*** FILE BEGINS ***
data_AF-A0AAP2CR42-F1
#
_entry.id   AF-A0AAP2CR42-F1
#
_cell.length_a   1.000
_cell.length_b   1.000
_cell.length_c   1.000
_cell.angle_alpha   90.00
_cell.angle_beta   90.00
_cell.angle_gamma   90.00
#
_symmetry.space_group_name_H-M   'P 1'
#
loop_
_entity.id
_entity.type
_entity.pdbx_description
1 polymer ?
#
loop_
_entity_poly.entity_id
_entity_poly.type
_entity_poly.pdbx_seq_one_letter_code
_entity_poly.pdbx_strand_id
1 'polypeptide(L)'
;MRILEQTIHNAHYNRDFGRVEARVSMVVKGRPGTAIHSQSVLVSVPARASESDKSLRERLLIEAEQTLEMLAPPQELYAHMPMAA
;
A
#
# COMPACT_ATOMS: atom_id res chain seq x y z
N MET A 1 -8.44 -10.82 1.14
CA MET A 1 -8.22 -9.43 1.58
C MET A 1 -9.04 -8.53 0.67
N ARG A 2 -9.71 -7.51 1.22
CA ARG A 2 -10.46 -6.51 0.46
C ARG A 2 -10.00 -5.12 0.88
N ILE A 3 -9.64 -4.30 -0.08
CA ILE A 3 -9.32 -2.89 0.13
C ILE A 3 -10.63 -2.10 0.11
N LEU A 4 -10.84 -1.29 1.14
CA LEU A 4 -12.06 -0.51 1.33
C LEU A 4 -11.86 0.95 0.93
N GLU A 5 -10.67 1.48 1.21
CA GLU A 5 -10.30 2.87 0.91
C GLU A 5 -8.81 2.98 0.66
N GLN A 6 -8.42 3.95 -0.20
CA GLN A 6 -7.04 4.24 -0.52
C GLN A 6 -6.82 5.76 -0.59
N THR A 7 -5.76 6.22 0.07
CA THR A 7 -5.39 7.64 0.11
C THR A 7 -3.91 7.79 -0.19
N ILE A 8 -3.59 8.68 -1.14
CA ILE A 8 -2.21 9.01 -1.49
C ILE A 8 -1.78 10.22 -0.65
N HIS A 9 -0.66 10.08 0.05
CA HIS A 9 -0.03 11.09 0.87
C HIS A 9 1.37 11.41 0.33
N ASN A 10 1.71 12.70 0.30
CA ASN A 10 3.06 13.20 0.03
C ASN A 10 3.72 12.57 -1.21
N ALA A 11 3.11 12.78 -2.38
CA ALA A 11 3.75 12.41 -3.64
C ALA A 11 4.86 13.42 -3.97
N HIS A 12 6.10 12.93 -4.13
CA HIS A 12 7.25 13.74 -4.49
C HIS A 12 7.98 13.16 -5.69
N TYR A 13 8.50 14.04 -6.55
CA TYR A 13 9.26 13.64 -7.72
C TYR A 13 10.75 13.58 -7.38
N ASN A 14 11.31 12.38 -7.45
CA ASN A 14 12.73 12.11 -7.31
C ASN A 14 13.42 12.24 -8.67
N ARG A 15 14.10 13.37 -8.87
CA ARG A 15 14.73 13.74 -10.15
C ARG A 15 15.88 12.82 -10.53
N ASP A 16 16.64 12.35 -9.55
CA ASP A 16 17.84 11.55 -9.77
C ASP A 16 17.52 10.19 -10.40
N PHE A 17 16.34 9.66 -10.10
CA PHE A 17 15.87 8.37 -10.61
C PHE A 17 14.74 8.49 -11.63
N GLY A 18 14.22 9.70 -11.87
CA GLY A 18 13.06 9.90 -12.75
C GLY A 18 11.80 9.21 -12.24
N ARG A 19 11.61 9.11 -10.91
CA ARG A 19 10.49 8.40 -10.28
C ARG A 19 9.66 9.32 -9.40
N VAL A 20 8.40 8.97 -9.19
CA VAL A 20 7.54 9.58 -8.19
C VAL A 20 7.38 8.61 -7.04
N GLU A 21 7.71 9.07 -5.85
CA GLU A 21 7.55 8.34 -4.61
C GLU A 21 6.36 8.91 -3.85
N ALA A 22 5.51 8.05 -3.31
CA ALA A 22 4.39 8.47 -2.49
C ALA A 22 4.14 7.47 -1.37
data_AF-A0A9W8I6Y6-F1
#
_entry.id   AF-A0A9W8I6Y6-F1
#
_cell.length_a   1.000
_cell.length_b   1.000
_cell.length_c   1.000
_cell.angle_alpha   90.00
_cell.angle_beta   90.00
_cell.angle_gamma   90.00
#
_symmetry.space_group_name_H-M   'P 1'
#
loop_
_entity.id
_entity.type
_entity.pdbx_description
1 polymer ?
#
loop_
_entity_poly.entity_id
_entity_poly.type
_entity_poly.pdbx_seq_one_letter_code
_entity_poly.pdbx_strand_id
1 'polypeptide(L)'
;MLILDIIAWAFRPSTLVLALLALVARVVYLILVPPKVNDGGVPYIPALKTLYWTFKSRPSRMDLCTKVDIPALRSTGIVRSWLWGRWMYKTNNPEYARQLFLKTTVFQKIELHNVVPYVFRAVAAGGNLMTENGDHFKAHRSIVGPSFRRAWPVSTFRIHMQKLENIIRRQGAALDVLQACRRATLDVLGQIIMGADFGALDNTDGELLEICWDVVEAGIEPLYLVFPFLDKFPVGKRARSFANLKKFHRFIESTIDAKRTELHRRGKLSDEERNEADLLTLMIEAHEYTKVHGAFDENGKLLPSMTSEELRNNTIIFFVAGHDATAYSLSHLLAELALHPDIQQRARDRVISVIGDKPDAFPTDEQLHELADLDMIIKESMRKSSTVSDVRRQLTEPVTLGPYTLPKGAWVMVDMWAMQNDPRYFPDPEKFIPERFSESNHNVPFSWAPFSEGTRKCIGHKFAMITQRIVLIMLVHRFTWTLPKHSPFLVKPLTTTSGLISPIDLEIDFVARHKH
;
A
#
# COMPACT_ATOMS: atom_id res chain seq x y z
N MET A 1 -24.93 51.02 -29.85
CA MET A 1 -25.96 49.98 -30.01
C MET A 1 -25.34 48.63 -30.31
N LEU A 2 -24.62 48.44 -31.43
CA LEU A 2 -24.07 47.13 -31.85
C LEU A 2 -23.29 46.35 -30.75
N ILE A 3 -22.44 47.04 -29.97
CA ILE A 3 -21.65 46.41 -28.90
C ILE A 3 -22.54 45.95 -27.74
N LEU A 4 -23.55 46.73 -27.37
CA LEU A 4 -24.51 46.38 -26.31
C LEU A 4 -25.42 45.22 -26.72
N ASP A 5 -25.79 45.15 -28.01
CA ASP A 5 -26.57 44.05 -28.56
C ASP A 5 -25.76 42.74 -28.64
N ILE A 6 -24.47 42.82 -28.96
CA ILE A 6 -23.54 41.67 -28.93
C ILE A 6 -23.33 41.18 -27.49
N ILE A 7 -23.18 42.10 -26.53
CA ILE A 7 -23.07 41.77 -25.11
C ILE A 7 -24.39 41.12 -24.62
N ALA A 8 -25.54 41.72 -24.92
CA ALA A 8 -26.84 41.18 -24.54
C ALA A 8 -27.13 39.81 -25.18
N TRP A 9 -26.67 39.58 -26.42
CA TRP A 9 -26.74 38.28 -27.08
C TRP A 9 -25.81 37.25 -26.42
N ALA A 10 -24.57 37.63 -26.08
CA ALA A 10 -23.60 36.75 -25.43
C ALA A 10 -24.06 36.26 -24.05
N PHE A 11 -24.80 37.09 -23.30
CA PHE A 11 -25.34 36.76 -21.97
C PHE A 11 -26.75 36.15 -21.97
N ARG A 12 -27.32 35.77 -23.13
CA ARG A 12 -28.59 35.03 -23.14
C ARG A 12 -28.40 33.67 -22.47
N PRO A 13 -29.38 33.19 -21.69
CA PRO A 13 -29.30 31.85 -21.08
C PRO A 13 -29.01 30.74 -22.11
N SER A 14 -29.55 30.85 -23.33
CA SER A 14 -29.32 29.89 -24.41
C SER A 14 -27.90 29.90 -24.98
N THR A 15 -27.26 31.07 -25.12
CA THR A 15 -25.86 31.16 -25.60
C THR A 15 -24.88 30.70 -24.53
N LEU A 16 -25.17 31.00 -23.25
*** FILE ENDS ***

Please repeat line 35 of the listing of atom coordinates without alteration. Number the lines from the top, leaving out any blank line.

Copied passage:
CA ARG A 2 -10.46 -6.51 0.46